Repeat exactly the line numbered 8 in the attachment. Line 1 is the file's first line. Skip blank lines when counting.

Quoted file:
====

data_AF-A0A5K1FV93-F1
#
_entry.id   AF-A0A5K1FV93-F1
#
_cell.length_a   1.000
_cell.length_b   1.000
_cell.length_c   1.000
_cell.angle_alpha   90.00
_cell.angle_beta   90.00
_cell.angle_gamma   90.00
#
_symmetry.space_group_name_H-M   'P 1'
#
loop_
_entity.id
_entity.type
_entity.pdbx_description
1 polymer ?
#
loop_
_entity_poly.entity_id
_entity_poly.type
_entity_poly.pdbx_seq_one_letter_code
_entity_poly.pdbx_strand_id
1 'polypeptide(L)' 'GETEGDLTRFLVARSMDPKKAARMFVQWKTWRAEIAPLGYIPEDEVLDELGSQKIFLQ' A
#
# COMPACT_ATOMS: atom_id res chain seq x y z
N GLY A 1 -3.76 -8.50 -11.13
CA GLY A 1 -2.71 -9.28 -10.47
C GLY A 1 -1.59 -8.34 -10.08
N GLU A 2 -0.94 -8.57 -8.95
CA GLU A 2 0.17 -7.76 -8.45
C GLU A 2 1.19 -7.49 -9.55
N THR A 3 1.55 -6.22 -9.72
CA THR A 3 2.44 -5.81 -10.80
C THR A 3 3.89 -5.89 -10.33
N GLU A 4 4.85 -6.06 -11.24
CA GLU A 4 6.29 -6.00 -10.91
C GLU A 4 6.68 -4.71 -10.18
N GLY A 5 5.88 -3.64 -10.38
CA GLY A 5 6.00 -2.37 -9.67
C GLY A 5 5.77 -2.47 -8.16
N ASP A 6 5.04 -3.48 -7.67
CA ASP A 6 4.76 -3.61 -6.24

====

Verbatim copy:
_cell.angle_alpha   90.00